At 10:03 AM, August 15, 2008, Anonymous shamelessfandom said...

faux, hooks, soosa are right, Mario did what he needed to do to get something he was promised. Hopefully, he'll be rewarded for his risk when the redevelopment of the old arena site gets underway in about three years. There's going to be about 30 city blocks of potential goldmine there, and i think Mario and the other owners get first crack at and/or obliged to develop it.

also, if anyone hasn't seen it, look for the governor's speech from the ground breaking ceremony -- a nice nod to the power of fandom towards the end.

 
At 10:14 AM, August 15, 2008, Blogger Dennis Prouse said...

I know this is a divisive topic amongst sports fans, but I am dead set against public money paying for what are essentially private interests. It is funny how this issue seems to cross political boundaries -- I am as right wing as they come, and yet on this issue I find myself in agreement with people from the left of the political spectrum. At a time when infrastructure such as sewers, water treatment plants, roads and bridges are in serious disrepair in almost every city, the notion of taxpayer money going into a new arena is nauseating. That goes double when the owner is a billionaire who could easily finance the project himself.

It is worth noting that the four newer Canadian arenas in Vancouver, Toronto, Ottawa and Montreal were all built privately, and are all doing very well financially. If the project makes economic sense, then there will be no shortage of private financing options. If it doesn't, then it shouldn't be built. There is something seriously wrong with the business model if you need taxpayer dollars to prop up a business whose average employee makes over $2 million a year.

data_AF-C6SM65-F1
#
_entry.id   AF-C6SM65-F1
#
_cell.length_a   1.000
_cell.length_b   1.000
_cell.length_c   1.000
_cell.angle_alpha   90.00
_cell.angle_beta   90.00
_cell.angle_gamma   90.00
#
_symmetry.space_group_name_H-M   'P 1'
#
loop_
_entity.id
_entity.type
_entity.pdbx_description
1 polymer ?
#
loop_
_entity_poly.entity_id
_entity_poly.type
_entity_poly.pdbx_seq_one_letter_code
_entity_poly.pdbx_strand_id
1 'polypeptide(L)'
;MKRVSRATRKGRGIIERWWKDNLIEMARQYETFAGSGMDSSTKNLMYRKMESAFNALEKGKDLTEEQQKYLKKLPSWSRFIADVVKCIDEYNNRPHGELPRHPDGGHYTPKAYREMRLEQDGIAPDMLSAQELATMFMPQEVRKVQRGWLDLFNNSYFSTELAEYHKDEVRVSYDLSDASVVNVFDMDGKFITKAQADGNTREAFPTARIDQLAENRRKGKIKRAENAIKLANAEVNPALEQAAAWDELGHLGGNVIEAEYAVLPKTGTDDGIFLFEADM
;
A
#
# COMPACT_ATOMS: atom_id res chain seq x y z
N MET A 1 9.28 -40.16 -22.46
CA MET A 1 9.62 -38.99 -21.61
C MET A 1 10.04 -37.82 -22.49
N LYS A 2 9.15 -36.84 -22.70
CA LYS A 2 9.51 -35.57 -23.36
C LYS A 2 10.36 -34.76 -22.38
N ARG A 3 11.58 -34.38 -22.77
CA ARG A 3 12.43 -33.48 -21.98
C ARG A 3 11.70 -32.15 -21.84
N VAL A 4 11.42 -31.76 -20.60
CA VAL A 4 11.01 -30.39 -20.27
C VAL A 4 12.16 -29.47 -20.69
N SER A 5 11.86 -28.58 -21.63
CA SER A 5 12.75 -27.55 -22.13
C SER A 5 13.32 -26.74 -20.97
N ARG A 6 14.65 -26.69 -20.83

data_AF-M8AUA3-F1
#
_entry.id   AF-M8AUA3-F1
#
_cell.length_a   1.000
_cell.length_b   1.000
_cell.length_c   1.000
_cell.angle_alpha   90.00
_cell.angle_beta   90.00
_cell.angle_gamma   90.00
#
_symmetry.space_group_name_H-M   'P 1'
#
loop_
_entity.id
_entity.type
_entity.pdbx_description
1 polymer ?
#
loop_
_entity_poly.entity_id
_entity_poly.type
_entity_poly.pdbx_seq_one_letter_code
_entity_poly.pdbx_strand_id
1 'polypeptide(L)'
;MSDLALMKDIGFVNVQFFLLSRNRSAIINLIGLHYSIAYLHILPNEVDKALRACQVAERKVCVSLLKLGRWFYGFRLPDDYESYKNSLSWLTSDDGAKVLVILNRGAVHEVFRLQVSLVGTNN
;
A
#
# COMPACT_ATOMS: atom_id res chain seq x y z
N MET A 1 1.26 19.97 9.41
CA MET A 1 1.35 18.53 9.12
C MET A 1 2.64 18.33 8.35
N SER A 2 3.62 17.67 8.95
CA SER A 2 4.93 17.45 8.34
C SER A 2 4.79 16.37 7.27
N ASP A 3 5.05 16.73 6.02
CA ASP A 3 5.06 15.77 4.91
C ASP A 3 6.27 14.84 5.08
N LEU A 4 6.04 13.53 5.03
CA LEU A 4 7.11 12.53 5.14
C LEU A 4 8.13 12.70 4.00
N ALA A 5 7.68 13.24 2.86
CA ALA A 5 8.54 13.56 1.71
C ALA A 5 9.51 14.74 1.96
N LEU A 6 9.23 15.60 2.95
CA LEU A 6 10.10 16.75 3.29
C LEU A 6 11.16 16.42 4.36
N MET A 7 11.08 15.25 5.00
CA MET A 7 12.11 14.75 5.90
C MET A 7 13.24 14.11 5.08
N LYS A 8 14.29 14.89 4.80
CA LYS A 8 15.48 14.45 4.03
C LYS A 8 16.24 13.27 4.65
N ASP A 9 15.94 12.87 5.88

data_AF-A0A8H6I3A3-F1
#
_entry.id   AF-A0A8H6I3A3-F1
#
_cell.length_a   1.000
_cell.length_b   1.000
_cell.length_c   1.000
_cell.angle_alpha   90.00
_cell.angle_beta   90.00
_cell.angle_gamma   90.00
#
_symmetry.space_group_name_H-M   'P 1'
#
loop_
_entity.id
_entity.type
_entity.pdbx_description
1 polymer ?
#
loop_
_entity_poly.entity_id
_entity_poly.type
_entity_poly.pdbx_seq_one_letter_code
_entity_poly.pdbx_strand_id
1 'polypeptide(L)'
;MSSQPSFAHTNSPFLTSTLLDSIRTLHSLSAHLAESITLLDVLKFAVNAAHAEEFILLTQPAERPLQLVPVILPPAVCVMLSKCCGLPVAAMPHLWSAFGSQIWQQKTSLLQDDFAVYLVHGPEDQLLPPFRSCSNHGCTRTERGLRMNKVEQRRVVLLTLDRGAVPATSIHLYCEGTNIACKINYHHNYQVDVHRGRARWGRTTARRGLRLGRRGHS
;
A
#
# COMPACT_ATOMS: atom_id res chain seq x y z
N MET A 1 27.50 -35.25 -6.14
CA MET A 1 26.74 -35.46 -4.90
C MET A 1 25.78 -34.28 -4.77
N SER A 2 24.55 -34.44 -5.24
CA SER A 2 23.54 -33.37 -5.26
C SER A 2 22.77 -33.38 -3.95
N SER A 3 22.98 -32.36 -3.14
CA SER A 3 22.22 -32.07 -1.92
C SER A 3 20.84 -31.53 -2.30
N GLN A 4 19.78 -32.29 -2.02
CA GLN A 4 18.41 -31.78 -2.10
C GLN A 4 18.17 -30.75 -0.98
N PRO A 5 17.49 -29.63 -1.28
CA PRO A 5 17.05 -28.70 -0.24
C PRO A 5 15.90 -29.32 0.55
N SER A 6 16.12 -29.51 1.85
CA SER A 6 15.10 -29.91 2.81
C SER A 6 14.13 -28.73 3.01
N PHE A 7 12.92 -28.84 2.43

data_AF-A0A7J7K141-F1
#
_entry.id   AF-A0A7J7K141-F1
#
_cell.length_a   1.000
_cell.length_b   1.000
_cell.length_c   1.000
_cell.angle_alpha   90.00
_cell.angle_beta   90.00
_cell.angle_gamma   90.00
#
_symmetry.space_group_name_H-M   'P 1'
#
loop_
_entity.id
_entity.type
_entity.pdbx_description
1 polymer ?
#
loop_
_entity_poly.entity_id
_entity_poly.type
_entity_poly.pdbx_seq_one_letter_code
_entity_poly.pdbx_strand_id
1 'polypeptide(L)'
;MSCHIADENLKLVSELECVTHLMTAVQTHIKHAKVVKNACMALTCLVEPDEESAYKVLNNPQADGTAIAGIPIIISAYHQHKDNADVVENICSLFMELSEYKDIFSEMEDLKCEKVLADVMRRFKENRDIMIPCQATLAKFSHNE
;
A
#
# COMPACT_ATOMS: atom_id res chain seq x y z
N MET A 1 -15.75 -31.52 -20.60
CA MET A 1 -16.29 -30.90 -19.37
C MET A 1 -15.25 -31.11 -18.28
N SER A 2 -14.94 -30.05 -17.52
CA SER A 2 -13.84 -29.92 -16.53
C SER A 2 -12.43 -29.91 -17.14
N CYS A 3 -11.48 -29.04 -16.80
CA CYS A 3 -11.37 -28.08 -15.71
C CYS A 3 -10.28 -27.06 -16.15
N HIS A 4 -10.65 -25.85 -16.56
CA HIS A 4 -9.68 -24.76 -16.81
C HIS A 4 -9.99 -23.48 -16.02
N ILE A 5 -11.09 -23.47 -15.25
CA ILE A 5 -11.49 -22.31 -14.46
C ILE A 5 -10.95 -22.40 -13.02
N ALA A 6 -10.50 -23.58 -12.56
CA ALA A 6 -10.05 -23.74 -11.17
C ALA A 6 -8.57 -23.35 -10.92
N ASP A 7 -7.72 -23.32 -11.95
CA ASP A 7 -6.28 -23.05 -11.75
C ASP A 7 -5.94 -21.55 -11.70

Economists will tell you that entertainment spending is relatively fixed, so the notion that a new stadium will somehow stimulate economic growth is false. (During the lockout, for example, the media went hunting high and low for hard luck stories about businesses that were going under, and found precious few.) They also don't cure urban blight -- the new arena in New Jersey was supposed to transform that part of the city, but it is still a dump, just with a new arena plunked in the middle of it.

 
At 10:25 AM, August 15, 2008, Blogger Adam C said...

...and to prove Dennis correct, I'm not right wing at all and I agree with him completely (although it should be pointed out that the Leafs are very good at getting public money to pay for their various facility construction - at least by Canadian standards).

It should be pointed out, too, that "entertainment expense" tax deductions go a long way toward driving up ticket prices and subsidizing those million dollar salaries.

 
At 11:56 AM, August 15, 2008, Blogger Dennis Prouse said...

That's very true, Adam. It always annoys me to see the sons and daughters of high rollers sitting down in the high rent district, knowing that daddy's company has claimed 50% of the cost of the tickets as an "entertainment expense". The problem with that tax break, though, is that it exists in both Canada and the U.S. Both countries would have to move simultaneously to dump it, which is difficult to imagine.